MARINE CHRONOMETER Winnerl No. 330 Ca. 1850 France
Signed and numbered: Winnerl No. 330
Single-fusee spring-driven movement between circular plates with Earnshaw detent escapement and compensation balance. The balance has regulation screws, which together with the blued steel helical spring, form the basis of the high accuracy of the time keeping. The movement also has maintaining power.
The silvered brass dial has Roman hour, five-minute and minute divisions. The segment below the middle indicates the power reserve, a so-called up-and-down dial (0-49 hours). The maker has signed and numbered the clock in the same area in the following manner: Winnerl No 330. The auxiliary ring above the middle indicates the seconds and has Arabic ten-second and second divisions. The time is indicated by a pair of blued-steel Breguet hands, whilst the seconds and the power reserve are indicated by blued steel pointers.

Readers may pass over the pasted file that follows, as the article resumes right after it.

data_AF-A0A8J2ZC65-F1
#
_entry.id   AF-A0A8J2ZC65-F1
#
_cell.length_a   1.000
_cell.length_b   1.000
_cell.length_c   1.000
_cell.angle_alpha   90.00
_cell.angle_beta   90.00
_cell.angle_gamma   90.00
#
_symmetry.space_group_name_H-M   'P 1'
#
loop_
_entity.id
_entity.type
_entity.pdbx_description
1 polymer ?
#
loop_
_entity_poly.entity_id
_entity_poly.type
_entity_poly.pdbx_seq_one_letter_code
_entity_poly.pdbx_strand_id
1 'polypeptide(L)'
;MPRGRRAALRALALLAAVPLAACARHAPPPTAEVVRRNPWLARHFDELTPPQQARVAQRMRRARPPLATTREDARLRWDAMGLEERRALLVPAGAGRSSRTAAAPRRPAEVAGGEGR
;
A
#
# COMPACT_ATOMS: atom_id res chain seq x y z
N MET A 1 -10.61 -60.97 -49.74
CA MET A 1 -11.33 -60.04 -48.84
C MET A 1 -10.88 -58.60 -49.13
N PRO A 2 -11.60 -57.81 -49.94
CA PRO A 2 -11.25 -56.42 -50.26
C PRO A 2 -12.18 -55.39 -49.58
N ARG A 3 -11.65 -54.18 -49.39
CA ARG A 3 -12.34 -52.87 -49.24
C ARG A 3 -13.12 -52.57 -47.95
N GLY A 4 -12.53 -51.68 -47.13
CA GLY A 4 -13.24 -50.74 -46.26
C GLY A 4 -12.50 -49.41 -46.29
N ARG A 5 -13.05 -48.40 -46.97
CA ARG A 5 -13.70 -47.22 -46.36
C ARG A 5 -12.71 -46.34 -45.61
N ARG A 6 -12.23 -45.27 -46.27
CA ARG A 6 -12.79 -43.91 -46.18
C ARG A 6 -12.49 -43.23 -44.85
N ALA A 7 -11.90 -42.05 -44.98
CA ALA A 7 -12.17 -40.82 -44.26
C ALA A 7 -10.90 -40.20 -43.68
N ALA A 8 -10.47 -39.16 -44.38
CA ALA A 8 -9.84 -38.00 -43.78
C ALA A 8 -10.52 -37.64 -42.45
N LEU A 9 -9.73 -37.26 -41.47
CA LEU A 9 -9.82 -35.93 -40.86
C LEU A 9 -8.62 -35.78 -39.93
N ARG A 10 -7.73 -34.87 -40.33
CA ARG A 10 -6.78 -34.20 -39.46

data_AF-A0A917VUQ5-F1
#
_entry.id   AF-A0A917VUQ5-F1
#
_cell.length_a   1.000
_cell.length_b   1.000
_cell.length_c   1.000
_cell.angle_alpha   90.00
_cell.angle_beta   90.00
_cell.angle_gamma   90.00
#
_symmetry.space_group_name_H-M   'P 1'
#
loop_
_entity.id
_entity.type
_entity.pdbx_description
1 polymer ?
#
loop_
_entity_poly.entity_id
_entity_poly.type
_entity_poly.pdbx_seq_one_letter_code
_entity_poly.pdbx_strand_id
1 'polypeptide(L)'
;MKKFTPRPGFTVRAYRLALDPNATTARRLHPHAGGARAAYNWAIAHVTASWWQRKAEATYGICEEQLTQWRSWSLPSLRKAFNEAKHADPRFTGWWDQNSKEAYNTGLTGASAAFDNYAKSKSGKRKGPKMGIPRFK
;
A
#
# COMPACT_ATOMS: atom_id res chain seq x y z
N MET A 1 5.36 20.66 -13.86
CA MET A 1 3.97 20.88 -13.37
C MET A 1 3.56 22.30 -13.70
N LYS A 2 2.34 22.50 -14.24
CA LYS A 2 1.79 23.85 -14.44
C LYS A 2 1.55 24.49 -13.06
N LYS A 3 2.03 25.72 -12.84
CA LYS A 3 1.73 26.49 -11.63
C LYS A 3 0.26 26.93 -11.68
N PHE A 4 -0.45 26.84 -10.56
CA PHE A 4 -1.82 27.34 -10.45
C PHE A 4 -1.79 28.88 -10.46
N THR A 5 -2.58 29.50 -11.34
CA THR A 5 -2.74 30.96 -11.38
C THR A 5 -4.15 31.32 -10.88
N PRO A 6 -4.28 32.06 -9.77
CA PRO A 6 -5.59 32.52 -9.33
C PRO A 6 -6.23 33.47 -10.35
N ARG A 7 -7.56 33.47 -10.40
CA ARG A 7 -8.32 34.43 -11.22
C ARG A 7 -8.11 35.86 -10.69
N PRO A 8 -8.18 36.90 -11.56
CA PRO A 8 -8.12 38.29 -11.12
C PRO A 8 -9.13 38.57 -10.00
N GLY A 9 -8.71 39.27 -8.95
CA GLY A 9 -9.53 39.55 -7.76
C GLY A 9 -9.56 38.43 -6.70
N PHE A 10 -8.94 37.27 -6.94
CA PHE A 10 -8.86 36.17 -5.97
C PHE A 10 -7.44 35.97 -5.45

The movement is situated in a gimballed brass bowl in a mahogany two-tier case. The key is kept in a hole in the right-hand top corner next to the movement. To the left is a securing mechanism to protect the movement when being transported. When the case is closed it is possible to move a slide to reveal the dial so that the time can be ascertained through a circular port hole. There is a lozenge shaped bone inlay in this slide with the chronometer’s number: No 330.
Duration 49 hours
Dimensions 14 x 14.5 x 14.5 cm.
Tony Mercer, Chronometer Makers of the World, London, 2004, p.258.
Joseph Thadeux Winnerl was born in Styria, Austria from which he moved to Paris in 1929. It was there that he invented a split-second mechanism for chronographs. He died in 1886.